EPA's Thirtieth Anniversary

By Cynthia Kirk

This is the VOA Special English ENVIRONMENT REPORT.

The United States Environmental Protection Agency observes its thirtieth anniversary this month. This federal agency was established in Nineteen-Seventy to protect the nation's environment from pollution. It has fought against pollution of the air, water and atmosphere.

After thirty years, the E-P-A can point to progress against a number of environmental threats. For example, it has set new requirements for chemical factories. It has taken action to prevent rain from being polluted by chemicals. And, it has almost completely removed lead from the air.

In addition, half of the nation's worst waste areas have been cleaned up. New homes have been built to resist radon gas, found to be a leading cause of cancer. And the cars of today produce seventy-five percent less pollution than the cars of Nineteen-Seventy.

The E-P-A has dealt with a number of crises. For example, in Nineteen-Eighty-Nine, the ship Exxon Valdez leaked oil into Prince William Sound in the state of Alaska. More than forty-one-million liters of crude oil poured into the water. The Exxon oil company was ordered to pay one-thousand-million dollars. That was the largest criminal environmental damage settlement in history.

During its thirty years, the E-P-A has won praise for its work. But not everyone approves of the agency. Companies forced to make costly changes sometimes oppose the agency. They say E-P-A requirements threaten their profits and the economy in general. Some companies say they have to dismiss workers to pay for required changes.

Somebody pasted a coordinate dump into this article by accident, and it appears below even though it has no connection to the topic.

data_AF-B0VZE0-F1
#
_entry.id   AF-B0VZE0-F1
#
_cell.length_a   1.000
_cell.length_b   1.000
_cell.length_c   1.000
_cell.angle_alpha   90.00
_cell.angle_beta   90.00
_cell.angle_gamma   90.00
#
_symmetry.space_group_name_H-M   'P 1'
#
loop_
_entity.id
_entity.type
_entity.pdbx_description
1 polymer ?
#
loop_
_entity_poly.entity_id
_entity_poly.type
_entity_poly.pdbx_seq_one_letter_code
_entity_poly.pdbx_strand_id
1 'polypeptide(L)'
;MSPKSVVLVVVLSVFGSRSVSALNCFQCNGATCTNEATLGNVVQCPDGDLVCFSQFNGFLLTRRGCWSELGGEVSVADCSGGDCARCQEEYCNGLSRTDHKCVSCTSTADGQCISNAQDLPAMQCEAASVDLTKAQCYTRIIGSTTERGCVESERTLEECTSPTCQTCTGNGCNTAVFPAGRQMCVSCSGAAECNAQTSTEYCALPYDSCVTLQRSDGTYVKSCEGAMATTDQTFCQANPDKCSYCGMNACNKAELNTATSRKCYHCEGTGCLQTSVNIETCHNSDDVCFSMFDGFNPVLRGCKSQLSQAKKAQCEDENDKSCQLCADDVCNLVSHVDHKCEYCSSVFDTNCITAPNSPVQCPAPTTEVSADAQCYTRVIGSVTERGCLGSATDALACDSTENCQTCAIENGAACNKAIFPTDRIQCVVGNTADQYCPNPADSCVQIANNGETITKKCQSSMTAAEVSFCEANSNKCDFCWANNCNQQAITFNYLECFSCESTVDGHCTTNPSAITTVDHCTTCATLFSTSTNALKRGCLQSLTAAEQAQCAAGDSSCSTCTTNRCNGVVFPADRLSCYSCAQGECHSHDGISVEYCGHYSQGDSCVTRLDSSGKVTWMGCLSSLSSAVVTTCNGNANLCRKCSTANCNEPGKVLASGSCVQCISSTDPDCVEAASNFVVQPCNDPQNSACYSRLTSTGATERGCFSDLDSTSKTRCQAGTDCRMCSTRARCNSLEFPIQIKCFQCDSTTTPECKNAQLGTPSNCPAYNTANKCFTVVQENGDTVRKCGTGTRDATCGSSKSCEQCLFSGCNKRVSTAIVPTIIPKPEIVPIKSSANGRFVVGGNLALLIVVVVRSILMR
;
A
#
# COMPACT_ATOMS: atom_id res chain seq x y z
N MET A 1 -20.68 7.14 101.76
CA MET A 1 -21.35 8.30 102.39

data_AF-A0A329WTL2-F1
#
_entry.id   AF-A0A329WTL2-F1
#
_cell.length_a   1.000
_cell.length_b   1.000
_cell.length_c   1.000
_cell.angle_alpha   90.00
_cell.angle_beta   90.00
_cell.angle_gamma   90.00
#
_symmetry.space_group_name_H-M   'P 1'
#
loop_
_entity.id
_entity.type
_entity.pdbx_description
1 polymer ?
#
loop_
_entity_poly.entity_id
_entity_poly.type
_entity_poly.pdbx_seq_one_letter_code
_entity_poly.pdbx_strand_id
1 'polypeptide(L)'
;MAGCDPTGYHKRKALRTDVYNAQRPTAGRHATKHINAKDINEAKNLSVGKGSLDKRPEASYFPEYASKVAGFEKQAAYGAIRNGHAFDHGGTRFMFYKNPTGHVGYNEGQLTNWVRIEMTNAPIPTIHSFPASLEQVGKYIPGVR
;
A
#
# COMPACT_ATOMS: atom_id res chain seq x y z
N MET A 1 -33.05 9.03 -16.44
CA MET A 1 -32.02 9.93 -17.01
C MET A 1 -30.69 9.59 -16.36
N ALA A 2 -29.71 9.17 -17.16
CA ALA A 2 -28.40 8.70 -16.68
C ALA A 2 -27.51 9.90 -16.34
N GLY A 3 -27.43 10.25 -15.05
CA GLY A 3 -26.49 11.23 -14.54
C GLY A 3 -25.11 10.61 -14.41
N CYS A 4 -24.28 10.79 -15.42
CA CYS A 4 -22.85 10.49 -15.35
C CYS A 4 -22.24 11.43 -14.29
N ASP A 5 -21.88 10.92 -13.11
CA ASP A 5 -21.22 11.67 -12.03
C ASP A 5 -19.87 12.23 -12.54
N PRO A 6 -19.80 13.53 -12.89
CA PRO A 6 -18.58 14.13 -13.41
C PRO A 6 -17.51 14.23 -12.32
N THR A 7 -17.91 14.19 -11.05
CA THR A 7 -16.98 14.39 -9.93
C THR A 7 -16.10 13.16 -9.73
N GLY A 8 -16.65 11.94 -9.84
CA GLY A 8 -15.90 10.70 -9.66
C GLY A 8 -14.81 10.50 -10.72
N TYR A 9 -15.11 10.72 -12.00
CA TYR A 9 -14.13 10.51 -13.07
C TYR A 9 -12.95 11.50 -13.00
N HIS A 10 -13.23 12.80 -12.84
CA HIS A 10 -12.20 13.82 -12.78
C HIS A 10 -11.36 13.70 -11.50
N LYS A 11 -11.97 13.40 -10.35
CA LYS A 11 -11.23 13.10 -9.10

This week, the E-P-A announced an agreement to end the use of a chemical designed to kill insects in and around American homes. The agreement would end use of diazinon in homes within two years. E-P-A officials say the pesticide is harmful to human health and the environment. In the last few years, the E-P-A has taken action to ban a large group of older and riskier pesticides called organophosphates. Experts say these pesticides are most dangerous to children.

You can learn more about the history of the Environmental Protection Agency Monday on the Special English program THIS IS AMERICA.

This VOA Special English ENVIRONMENT REPORT was written by Cynthia Kirk and Jerilyn Watson.

"This Is America" in VOA Special English